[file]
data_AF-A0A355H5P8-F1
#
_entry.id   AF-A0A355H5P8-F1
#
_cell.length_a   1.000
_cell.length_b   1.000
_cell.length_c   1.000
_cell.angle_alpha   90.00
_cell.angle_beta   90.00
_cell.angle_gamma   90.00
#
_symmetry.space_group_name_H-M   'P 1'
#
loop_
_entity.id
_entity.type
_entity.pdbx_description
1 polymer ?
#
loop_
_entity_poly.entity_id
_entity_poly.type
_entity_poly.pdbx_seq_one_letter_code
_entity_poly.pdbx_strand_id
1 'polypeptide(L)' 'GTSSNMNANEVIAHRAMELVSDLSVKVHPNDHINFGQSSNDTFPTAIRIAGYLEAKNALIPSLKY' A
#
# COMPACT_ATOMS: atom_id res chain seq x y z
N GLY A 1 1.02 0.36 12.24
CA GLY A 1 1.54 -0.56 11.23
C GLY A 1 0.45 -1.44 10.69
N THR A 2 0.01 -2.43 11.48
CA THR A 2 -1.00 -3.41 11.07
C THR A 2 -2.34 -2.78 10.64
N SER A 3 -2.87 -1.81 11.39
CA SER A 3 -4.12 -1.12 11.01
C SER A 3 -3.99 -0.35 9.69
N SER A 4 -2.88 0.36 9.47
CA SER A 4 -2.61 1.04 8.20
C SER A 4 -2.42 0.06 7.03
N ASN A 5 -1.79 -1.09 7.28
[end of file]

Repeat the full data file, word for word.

data_AF-A0A355H5P8-F1
#
_entry.id   AF-A0A355H5P8-F1
#
_cell.length_a   1.000
_cell.length_b   1.000
_cell.length_c   1.000
_cell.angle_alpha   90.00
_cell.angle_beta   90.00
_cell.angle_gamma   90.00
#
_symmetry.space_group_name_H-M   'P 1'
#
loop_
_entity.id
_entity.type
_entity.pdbx_description
1 polymer ?
#
loop_
_entity_poly.entity_id
_entity_poly.type
_entity_poly.pdbx_seq_one_letter_code
_entity_poly.pdbx_strand_id
1 'polypeptide(L)' 'GTSSNMNANEVIAHRAMELVSDLSVKVHPNDHINFGQSSNDTFPTAIRIAGYLEAKNALIPSLKY' A
#
# COMPACT_ATOMS: atom_id res chain seq x y z
N GLY A 1 1.02 0.36 12.24
CA GLY A 1 1.54 -0.56 11.23
C GLY A 1 0.45 -1.44 10.69
N THR A 2 0.01 -2.43 11.48
CA THR A 2 -1.00 -3.41 11.07
C THR A 2 -2.34 -2.78 10.64
N SER A 3 -2.87 -1.81 11.39
CA SER A 3 -4.12 -1.12 11.01
C SER A 3 -3.99 -0.35 9.69
N SER A 4 -2.88 0.36 9.47
CA SER A 4 -2.61 1.04 8.20
C SER A 4 -2.42 0.06 7.03
N ASN A 5 -1.79 -1.09 7.28